Step 3: Mixing Concrete
At this point I was ready for mixing. I used an online calculator to figure out how much mix I would probably need. It turned out to be really close so I would use this calculator again for my future projects. I used Quikcrete Countertop mix, some fiber glass I found on Amazon, rubber gloves, a shovel and a wheel barrel. I started mixing the concrete adding water gradually as I went. You don’t want to make it too runny/watery or you’ll get weak concrete. Go for a thick mud pie consistency. I first put in a thin layer of the mixed concrete and packed it down good. This first layer was around 1/4” thick and had no fibers. I didn’t want fibers to show up on the surface of the table top. After that I added a bag of fiber into the mix (I probably used to much fiber in this table but I didn’t want a partial bag left to be lost in my garage). The rest of the concrete (with fibers) went into the form. I packed it with my hands, screeded it with a 2x4 and tapped the form with a rubber mallet to draw out any bubbles. Covering it with plastic I let it cure for a couple days before taking it out of the form.
Step 4: Finishing
After I removed it from the form I was pleased to see that the glow powder was mostly embedded in the top. The more concentrated spots of glow powder were a little powdery to the touch, just like in my trail run. The melamine makes the top of the table very smooth. The concrete takes on the same slight texture the melamine has. I didn’t feel the need to sand the top down at all since it was nice and smooth and I didn’t want to remove any of the powder through sanding. It looked pretty cool the first time I saw it glowing. The edges really glowed and the powder I spread across the top made it look like I was looking into space or at something like the Northern Lights.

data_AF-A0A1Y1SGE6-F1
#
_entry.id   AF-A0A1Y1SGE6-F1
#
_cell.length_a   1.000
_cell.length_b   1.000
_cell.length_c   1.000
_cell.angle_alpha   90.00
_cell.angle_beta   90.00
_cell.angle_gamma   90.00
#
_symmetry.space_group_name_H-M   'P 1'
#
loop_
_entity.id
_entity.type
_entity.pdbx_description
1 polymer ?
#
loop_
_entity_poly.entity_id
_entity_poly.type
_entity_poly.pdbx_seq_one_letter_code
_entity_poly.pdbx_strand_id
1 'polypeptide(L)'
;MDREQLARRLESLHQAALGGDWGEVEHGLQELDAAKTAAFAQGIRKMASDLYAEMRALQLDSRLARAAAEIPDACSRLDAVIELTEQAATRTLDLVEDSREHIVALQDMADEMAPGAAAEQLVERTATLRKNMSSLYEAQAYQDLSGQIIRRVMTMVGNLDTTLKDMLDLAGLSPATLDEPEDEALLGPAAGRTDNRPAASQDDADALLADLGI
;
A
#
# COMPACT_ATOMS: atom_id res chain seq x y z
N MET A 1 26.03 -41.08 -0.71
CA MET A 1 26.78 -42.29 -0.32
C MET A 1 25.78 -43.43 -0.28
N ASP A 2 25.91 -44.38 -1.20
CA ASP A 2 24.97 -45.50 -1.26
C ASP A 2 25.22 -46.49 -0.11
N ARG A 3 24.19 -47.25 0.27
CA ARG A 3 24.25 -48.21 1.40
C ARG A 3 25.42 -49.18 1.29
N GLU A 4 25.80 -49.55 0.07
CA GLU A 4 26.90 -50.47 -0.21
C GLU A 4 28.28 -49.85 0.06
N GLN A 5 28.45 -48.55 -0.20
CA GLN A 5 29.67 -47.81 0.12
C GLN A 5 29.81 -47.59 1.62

The finish I used Odie’s Oil. This was the first time I used Odie’s Oil and I really like this product. I saw Cam from Blacktail Studio use it on his outdoor concrete table so I figured I’d give it a try. This stuff smells great and is pretty easy to apply. Just stir and apply small amounts with a bondo spreader. Buff the oil in and let it sit for about an hour. Come back and wipe off the residue left with a cotton towel. The glow powder was still a little unstable in the areas where the powder was thickest (I had a small piece flake off). I decided to seal the edges and the powder with some satin Triple Thick Varathane. I was careful when applying this because even with it being a satin finish it was still slightly shinier then the Odie's treated concrete. After I was done it was hard to tell that the edges had a different finish then the top. This sealed the powder better so hopefully it wont flake or rub off anymore. Once that was done the table was basically finished. I had my brother in law come over to help me move it to my deck (its about 140lbs without the legs). The top is not pertinently attached to the legs but its not going anywhere. If I ever do attach them I will probably just use construction adhesive.
Step 5: Done!!
I had a hard time getting some beauty shots because my phone didn’t have a good enough camera to pick up the glow. I borrowed my Dad’s camera and fiddled with settings to get a picture that allowed the glow to show. I apologize for the blurry pictures. I had no clue how to run the camera or what settings to use but I managed to get a few usable shots. This was my first project I’ve posted here so I hope you enjoyed reading the process. Thanks for your time!
Participated in the
Stone Concrete and Cement Contest